That last point may be, as the Court says, the answer to any suggestion that there need be no underlying claim requirement for a Bounds claim of complete and systemic denial of all means of court access. But in view of the Courts of Appeals that have seen the issue otherwise, [n.2] I would certainly reserve that issue for the day it might actually be addressed by the parties in a case before us.

In sum, I would go no further than to hold (in a case not involving substantial, systemic deprivation of access to court) that Article III requirements will normally be satisfied if a prisoner demonstrates that (1) he has a complaint or grievance, meritorious or not, [n.3] about the prison system or the validity of his conviction [n.4] that he would raise if his library research (or advice, or judicial review of a form complaint or other means of "access" chosen by the State) were to indicate that he had an actionable claim; and (2) that the access scheme provided by the prison is so inadequate that he cannot research, consult about, file, or litigate the claim, as the case may be.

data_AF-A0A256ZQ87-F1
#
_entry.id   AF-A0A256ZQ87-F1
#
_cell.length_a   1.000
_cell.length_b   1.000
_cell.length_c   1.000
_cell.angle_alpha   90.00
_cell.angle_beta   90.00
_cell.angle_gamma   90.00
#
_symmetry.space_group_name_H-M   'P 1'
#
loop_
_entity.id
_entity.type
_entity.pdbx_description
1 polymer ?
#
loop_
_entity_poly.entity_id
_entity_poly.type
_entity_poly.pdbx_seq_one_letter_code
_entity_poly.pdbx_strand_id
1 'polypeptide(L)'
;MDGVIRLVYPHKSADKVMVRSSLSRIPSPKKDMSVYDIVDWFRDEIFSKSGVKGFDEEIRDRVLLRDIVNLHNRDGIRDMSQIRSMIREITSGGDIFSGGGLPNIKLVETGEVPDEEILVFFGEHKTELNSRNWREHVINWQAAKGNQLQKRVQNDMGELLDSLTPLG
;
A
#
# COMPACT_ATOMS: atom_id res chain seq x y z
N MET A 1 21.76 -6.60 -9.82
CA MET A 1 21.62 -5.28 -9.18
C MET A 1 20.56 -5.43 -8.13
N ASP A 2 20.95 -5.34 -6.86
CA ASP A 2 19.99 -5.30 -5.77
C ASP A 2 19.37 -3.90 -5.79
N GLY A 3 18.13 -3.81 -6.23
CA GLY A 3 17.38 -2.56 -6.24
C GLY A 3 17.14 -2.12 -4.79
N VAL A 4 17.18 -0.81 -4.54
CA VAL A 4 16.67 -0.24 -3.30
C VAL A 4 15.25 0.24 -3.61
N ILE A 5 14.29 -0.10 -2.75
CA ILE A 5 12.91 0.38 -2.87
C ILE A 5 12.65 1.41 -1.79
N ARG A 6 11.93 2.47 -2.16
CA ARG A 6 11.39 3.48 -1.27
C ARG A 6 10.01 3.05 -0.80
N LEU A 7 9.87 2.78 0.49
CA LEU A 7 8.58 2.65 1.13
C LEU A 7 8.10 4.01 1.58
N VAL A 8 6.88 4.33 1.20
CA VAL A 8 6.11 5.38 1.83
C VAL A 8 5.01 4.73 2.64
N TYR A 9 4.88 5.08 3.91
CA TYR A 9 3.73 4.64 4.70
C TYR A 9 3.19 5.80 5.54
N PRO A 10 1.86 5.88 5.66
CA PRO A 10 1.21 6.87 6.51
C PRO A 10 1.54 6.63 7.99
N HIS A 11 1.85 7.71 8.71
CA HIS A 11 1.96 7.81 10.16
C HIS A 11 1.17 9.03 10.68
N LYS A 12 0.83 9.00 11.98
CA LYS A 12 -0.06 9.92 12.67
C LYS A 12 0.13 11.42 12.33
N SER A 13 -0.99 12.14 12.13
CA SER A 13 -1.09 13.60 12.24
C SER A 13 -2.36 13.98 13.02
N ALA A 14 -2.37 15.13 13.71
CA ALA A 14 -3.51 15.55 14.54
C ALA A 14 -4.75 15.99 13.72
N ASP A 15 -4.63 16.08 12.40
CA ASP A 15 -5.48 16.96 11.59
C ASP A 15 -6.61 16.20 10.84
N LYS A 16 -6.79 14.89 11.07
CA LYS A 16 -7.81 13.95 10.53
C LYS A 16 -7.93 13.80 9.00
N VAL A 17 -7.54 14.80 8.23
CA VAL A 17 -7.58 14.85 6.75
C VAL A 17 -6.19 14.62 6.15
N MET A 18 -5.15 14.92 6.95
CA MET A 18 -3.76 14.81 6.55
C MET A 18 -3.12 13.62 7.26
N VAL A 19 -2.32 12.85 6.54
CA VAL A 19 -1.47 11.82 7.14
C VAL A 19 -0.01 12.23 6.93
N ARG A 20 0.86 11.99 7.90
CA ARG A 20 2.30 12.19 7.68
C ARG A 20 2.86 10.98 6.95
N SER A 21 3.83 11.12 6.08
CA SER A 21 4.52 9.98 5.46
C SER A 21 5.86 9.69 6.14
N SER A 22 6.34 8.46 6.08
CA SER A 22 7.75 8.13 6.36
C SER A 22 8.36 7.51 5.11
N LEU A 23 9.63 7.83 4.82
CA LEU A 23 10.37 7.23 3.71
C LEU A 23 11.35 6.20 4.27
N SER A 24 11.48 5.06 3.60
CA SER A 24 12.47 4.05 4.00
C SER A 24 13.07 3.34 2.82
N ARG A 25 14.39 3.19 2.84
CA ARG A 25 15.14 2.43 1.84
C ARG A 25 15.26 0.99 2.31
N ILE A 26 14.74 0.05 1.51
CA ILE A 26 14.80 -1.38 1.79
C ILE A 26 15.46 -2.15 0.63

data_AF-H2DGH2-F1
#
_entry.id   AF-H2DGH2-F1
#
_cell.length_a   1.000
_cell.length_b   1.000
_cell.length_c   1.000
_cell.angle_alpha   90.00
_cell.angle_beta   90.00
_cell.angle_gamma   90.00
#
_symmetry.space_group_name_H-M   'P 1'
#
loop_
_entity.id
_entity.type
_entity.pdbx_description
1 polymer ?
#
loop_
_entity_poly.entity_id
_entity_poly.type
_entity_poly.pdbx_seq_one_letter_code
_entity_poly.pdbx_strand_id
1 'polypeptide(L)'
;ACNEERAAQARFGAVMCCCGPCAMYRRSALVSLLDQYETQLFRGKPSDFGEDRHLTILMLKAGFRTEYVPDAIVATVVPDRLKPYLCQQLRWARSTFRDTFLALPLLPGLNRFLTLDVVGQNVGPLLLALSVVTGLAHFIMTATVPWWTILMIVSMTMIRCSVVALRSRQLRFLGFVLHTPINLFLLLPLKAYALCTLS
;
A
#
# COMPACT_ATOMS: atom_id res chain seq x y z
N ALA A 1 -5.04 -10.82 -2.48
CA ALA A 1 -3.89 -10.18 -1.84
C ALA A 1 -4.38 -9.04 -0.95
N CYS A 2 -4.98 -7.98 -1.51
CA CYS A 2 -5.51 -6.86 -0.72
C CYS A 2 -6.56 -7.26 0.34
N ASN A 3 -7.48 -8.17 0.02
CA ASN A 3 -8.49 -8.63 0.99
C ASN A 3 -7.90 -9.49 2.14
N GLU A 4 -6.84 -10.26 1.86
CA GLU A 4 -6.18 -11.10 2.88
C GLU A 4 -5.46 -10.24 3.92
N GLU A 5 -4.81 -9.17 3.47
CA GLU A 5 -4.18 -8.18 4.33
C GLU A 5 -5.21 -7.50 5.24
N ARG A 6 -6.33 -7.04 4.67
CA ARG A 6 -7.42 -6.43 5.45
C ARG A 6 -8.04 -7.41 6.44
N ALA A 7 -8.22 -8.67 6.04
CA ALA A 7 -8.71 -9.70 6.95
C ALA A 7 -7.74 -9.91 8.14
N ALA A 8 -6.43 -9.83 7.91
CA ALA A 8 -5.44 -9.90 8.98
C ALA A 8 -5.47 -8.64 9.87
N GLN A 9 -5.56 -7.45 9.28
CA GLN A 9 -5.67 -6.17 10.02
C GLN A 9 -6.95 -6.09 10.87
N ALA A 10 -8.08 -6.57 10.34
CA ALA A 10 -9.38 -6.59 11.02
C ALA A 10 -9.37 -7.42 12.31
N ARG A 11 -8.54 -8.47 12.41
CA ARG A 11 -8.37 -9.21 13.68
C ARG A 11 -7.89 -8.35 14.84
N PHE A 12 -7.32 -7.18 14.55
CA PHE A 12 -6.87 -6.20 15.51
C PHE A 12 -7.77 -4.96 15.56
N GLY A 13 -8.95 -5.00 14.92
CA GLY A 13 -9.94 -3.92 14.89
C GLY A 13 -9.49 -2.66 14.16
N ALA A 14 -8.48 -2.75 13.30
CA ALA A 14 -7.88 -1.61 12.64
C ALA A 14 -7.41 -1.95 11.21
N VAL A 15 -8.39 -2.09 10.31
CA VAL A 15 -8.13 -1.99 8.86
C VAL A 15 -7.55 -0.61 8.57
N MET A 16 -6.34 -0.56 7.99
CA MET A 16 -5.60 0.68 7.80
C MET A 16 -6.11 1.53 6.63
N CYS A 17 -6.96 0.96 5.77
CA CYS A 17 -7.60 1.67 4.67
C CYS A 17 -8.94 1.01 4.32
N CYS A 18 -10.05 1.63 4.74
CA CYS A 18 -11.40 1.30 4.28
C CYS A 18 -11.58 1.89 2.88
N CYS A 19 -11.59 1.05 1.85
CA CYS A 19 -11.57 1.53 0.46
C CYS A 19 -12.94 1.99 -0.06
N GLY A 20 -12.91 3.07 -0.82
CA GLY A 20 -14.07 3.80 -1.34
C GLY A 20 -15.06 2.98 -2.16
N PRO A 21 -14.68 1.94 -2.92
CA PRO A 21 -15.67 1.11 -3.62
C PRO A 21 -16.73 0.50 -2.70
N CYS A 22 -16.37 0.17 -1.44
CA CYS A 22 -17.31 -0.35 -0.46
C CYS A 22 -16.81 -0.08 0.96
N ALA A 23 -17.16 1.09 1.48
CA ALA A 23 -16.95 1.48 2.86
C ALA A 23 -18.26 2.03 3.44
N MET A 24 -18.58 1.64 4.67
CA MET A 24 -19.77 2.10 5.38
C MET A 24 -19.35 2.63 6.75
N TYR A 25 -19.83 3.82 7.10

While a more stringent standing requirement would, of course, serve to curb courts from interference with prison administration, that legitimate object is adequately served by two rules of existing law. Bounds itself makes it clear that the means of providing access is subject to the State's own choice. If, for example, a State wishes to avoid judicial review of its library standards and the adequacy of library services, it can choose a means of access involving use of the complaint form procedure mentioned by the Court today. Ante, at 8. And any judicial remedy, whatever the chosen means of court access, must be consistent with the rule in Turner v. Safley, 482 U.S. 78 (1987), that prison restrictions are valid if reasonably related to valid penological interests. Turner's level of scrutiny surely serves to limit undue intrusions and thus obviates the need for further protection. In the absence of evidence that the Turner framework does not adequately channel the discretion of federal courts, there would be no reason to toughen standing doctrine to provide an additional, and perhaps unnecessary, protection against this danger.